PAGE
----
Earlier this month, PR Advanced: Breaking Barriers held its New England regional conference on Boston University’s campus, bringing together a spectrum of PR professionals and beginners for a day of informational sessions, networking, and free snacks.
The day started early at 8 a.m. with a keynote address from Graham Kahn, Director of Social Advertising and Insights at Digital Royalty, followed by two breakout sessions including, “Innovative & Engaging Campaigns” and “Journalists’ Relationships with PR, Advertising, and Marketing Pros.”Both sessions included great discussions and insights from professionals that PR novices like myself could learn a lot from. Here are seven tips that I picked up from the conference that I’ve taken into my tech PR career, and might help others trying to break into the PR services industry.
1. People aren’t fans of facts or brands, they’re fans of personality.
Justin Joseph, Director of Global Public Relations for Best Doctors, Inc., moderated the session on journalists’ relationships with PR, advertising, and marketing Pros, and came out with this sound advice for anyone trying to establish good media relations between themselves, their clients and a journalist.
While a press release needs good facts and figures to show a journalist the info is relevant to their interests, the personality behind the PR person and the people behind the companies are what’s going to help a brand stick and promote a solid and friendly media relationship. Be humorous and friendly (within reason), and know when you can take off your “professional” cap and switch it out for one that looks to make a connection with the person – and not just get your news placed.
2. If you want to get the consumer involved in your brand, make them feel like they relate to you.
Similarly to point number one, making the connection between your brand or your client’s brand, and the consumer, boils down to personality and making consumers feel like they have something in common with you. No one wants even more useless information thrown at them on a daily basis than they already are getting from their computers, TVs, smartphones, radio and every other tech device we use every day, so it’s your job to show that the information you have will directly affect them. Getting into PR means you like working with people and love to communicate ideas and news, and it’s your job to do it in a way that is inviting and makes the consumer feel at ease.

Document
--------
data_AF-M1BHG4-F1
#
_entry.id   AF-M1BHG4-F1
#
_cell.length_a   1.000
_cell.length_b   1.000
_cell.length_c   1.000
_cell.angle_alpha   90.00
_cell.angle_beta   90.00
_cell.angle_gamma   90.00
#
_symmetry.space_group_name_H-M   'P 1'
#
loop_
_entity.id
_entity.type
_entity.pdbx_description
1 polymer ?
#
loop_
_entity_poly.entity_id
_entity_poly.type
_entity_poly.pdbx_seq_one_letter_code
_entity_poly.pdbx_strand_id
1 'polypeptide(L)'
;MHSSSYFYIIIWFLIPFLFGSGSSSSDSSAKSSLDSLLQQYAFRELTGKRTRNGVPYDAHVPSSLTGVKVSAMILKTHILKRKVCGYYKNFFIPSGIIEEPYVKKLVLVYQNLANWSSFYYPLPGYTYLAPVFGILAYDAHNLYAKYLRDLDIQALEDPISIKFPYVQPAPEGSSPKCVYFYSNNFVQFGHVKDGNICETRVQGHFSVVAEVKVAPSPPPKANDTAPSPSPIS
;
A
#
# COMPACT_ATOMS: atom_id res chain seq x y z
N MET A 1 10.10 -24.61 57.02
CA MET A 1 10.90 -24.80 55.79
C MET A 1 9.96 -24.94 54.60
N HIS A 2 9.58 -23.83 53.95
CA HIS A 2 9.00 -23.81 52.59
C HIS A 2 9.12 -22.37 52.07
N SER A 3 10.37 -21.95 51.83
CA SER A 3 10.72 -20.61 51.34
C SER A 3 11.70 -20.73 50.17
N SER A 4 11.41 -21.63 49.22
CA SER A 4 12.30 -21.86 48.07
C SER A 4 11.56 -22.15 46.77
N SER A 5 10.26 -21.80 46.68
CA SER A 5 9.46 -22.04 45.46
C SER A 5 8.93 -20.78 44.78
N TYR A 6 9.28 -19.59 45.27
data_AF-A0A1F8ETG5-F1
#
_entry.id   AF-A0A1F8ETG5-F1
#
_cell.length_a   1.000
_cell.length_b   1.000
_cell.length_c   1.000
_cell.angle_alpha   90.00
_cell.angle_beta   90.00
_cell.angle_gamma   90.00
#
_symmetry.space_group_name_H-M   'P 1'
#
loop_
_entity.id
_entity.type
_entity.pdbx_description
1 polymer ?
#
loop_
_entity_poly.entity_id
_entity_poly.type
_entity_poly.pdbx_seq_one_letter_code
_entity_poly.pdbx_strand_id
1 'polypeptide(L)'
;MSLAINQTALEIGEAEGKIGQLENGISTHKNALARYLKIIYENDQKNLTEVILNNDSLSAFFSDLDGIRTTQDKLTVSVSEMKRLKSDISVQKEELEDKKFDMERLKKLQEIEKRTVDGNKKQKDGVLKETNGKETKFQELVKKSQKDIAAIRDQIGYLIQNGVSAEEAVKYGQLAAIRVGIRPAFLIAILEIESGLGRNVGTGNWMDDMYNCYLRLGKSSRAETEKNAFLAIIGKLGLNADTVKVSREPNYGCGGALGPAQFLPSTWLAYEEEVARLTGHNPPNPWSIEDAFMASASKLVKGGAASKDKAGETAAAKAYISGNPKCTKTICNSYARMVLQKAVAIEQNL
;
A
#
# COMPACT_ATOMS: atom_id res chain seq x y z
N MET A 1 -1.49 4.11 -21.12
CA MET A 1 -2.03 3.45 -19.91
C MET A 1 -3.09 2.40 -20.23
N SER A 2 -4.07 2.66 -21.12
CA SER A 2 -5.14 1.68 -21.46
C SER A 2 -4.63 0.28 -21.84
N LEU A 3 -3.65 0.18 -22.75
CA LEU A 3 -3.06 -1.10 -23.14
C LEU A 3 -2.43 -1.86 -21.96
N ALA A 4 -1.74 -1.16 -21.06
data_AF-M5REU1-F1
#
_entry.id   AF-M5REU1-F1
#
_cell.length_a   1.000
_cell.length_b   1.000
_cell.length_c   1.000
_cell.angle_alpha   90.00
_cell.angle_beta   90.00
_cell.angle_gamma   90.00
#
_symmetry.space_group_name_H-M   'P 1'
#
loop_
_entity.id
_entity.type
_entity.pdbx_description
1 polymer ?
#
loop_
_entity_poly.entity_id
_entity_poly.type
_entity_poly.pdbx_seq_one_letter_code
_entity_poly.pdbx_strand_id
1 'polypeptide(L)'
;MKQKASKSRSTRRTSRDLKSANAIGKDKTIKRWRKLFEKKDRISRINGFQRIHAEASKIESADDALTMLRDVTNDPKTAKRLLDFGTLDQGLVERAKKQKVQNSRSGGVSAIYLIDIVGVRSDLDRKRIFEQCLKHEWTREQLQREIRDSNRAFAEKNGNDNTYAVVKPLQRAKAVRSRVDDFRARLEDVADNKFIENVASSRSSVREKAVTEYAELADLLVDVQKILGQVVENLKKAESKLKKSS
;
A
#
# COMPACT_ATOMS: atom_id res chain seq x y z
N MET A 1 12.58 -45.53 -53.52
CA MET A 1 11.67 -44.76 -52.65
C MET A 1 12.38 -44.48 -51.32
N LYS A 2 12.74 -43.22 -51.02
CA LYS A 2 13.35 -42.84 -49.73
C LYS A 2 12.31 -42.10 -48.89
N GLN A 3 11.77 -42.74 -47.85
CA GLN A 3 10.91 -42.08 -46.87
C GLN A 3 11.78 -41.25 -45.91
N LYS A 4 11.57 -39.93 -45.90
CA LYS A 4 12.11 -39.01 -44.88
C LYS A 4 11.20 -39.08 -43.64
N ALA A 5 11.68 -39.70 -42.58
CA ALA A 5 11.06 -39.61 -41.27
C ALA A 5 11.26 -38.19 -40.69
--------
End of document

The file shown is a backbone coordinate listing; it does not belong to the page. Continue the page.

3. Even if you lose, you can make it a win with the way you handle it.
In PR, rejection isn’t uncommon. Every PR person has war stories under their belt of a particularly embarrassing or harsh time a press release has been rejected, for example, and it’s easy to get down on yourself about it. But just because someone rejects you now doesn’t mean they will every time – perhaps the reporter just isn’t working on that type of story now, or is just swamped with deadlines and doesn’t have the time. If that’s the case, feel out from their response if there’s room to create a friendly relationship with that reporter for the next time. Even though it’s easy to feel defeated and shy away at your loss, try and turn it into a victory and salvage your efforts. It’s all about personality and relationships, remember?
4. If you work in public relations, don’t get too used to 9-to-5.
That means when you’re home from the office and on the weekends. In an agency setting, you’re the one behind the scenes making other brands thrive. You’re constantly monitoring for opportunities for your clients and perfecting what they need to successfully run their business. If you want a job that you can forget about after the 9-to-5 grind, this profession might not be for you.
5. Content is moving at the speed of culture…
… And it’s your job to keep up with the pace. People and consumers are constantly looking at news and products online or in magazines and papers while they’re on their commute, waiting for a friend to meet them for coffee or even while they’re getting their hair done. Technology means content is always being updated, and it’s your job in PR to match that pace (or, as PR pro Mark Nardi suggested in his breakout session, it’s your job to be ahead of this pace) and get your content out there. Always be looking for new places to get your brand or your client’s brand out there, and stay in peoples’ minds.
6. Your phone is your superpower and your thumb is your weapon.
In today’s world, mobile is more powerful than ever. On-the-go content is what’s being looked at and it’s how brands are reaching consumers. Keeping that in mind will get you far when looking to stay ahead of the curve and to reach consumers. Always be tweeting (and if you’re not on Twitter, get on it), always be posting on LinkedIn and Facebook and any other social media sites that will reach people. A mobile strategy will help you stay relevant and in the spotlight with your brand.
7. This is the most exciting time to be in PR, ever.
… At least that’s what Joan Schneider, CEO and Creative Director at Schneider Associates, told us at Advanced, and who am I to disagree with such a PR pro? It’s a great outlook for us newbies trying to get our foot in the door of a great field, and an exciting thought at the work that can be done in PR at this time.
This post was first published by Shannon Nargi on March Communications’ blog PR Nonsense.